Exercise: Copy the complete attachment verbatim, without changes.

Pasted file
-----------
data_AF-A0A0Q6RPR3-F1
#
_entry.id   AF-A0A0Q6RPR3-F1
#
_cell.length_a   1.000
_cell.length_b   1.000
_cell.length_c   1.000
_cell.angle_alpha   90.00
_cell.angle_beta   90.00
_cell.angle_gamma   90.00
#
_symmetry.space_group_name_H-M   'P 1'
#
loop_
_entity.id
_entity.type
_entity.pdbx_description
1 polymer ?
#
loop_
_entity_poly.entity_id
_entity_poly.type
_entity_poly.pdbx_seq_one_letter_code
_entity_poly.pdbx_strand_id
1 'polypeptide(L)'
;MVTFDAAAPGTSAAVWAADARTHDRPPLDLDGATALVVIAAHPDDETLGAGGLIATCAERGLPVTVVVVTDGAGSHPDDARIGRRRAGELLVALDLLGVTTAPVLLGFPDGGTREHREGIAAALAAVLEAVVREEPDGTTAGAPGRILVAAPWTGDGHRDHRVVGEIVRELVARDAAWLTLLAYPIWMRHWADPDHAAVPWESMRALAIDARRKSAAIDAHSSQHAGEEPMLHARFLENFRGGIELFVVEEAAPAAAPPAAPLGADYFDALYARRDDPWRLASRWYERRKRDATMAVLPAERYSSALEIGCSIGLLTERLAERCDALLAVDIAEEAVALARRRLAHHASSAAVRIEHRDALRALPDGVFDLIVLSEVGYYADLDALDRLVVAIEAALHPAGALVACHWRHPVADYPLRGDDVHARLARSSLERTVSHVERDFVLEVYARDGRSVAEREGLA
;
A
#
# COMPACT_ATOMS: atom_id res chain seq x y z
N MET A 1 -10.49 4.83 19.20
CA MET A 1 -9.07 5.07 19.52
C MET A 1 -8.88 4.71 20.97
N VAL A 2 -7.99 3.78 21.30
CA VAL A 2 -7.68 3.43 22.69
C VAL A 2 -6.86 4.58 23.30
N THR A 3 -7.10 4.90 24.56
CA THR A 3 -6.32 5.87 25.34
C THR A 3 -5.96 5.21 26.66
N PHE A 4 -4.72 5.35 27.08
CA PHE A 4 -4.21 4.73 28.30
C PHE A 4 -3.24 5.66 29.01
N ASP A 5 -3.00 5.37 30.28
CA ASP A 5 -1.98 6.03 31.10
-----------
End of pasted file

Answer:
data_AF-A0A0Q6RPR3-F1
#
_entry.id   AF-A0A0Q6RPR3-F1
#
_cell.length_a   1.000
_cell.length_b   1.000
_cell.length_c   1.000
_cell.angle_alpha   90.00
_cell.angle_beta   90.00
_cell.angle_gamma   90.00
#
_symmetry.space_group_name_H-M   'P 1'
#
loop_
_entity.id
_entity.type
_entity.pdbx_description
1 polymer ?
#
loop_
_entity_poly.entity_id
_entity_poly.type
_entity_poly.pdbx_seq_one_letter_code
_entity_poly.pdbx_strand_id
1 'polypeptide(L)'
;MVTFDAAAPGTSAAVWAADARTHDRPPLDLDGATALVVIAAHPDDETLGAGGLIATCAERGLPVTVVVVTDGAGSHPDDARIGRRRAGELLVALDLLGVTTAPVLLGFPDGGTREHREGIAAALAAVLEAVVREEPDGTTAGAPGRILVAAPWTGDGHRDHRVVGEIVRELVARDAAWLTLLAYPIWMRHWADPDHAAVPWESMRALAIDARRKSAAIDAHSSQHAGEEPMLHARFLENFRGGIELFVVEEAAPAAAPPAAPLGADYFDALYARRDDPWRLASRWYERRKRDATMAVLPAERYSSALEIGCSIGLLTERLAERCDALLAVDIAEEAVALARRRLAHHASSAAVRIEHRDALRALPDGVFDLIVLSEVGYYADLDALDRLVVAIEAALHPAGALVACHWRHPVADYPLRGDDVHARLARSSLERTVSHVERDFVLEVYARDGRSVAEREGLA
;
A
#
# COMPACT_ATOMS: atom_id res chain seq x y z
N MET A 1 -10.49 4.83 19.20
CA MET A 1 -9.07 5.07 19.52
C MET A 1 -8.88 4.71 20.97
N VAL A 2 -7.99 3.78 21.30
CA VAL A 2 -7.68 3.43 22.69
C VAL A 2 -6.86 4.58 23.30
N THR A 3 -7.10 4.90 24.56
CA THR A 3 -6.32 5.87 25.34
C THR A 3 -5.96 5.21 26.66
N PHE A 4 -4.72 5.35 27.08
CA PHE A 4 -4.21 4.73 28.30
C PHE A 4 -3.24 5.66 29.01
N ASP A 5 -3.00 5.37 30.28
CA ASP A 5 -1.98 6.03 31.10